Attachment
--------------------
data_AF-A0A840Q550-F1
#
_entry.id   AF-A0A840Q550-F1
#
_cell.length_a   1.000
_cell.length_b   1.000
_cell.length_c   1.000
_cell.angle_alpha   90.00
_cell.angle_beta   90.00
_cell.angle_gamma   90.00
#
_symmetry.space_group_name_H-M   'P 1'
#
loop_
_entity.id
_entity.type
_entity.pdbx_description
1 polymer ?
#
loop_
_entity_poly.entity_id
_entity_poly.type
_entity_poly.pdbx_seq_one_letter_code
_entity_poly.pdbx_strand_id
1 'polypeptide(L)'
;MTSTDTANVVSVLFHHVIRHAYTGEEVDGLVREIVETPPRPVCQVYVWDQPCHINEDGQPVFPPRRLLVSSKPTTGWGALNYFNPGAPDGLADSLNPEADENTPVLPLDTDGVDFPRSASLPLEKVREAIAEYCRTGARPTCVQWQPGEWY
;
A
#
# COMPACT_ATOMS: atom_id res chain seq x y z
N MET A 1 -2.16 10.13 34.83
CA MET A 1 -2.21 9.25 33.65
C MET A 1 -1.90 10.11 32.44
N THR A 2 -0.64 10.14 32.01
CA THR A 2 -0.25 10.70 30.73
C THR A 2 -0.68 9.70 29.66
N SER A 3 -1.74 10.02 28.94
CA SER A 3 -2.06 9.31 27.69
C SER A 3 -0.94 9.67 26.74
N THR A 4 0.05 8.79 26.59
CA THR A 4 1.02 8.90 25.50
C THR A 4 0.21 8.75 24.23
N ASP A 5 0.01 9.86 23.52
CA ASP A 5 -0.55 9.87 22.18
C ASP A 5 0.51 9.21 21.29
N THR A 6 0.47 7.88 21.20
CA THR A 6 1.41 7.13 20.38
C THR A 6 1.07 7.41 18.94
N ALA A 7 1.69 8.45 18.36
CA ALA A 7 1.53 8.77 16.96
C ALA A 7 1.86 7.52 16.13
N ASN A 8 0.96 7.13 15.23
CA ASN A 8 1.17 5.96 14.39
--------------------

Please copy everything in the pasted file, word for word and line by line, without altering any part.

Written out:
data_AF-A0A840Q550-F1
#
_entry.id   AF-A0A840Q550-F1
#
_cell.length_a   1.000
_cell.length_b   1.000
_cell.length_c   1.000
_cell.angle_alpha   90.00
_cell.angle_beta   90.00
_cell.angle_gamma   90.00
#
_symmetry.space_group_name_H-M   'P 1'
#
loop_
_entity.id
_entity.type
_entity.pdbx_description
1 polymer ?
#
loop_
_entity_poly.entity_id
_entity_poly.type
_entity_poly.pdbx_seq_one_letter_code
_entity_poly.pdbx_strand_id
1 'polypeptide(L)'
;MTSTDTANVVSVLFHHVIRHAYTGEEVDGLVREIVETPPRPVCQVYVWDQPCHINEDGQPVFPPRRLLVSSKPTTGWGALNYFNPGAPDGLADSLNPEADENTPVLPLDTDGVDFPRSASLPLEKVREAIAEYCRTGARPTCVQWQPGEWY
;
A
#
# COMPACT_ATOMS: atom_id res chain seq x y z
N MET A 1 -2.16 10.13 34.83
CA MET A 1 -2.21 9.25 33.65
C MET A 1 -1.90 10.11 32.44
N THR A 2 -0.64 10.14 32.01
CA THR A 2 -0.25 10.70 30.73
C THR A 2 -0.68 9.70 29.66
N SER A 3 -1.74 10.02 28.94
CA SER A 3 -2.06 9.31 27.69
C SER A 3 -0.94 9.67 26.74
N THR A 4 0.05 8.79 26.59
CA THR A 4 1.02 8.90 25.50
C THR A 4 0.21 8.75 24.23
N ASP A 5 0.01 9.86 23.52
CA ASP A 5 -0.55 9.87 22.18
C ASP A 5 0.51 9.21 21.29
N THR A 6 0.47 7.88 21.20
CA THR A 6 1.41 7.13 20.38
C THR A 6 1.07 7.41 18.94
N ALA A 7 1.69 8.45 18.36
CA ALA A 7 1.53 8.77 16.96
C ALA A 7 1.86 7.52 16.13
N ASN A 8 0.96 7.13 15.23
CA ASN A 8 1.17 5.96 14.39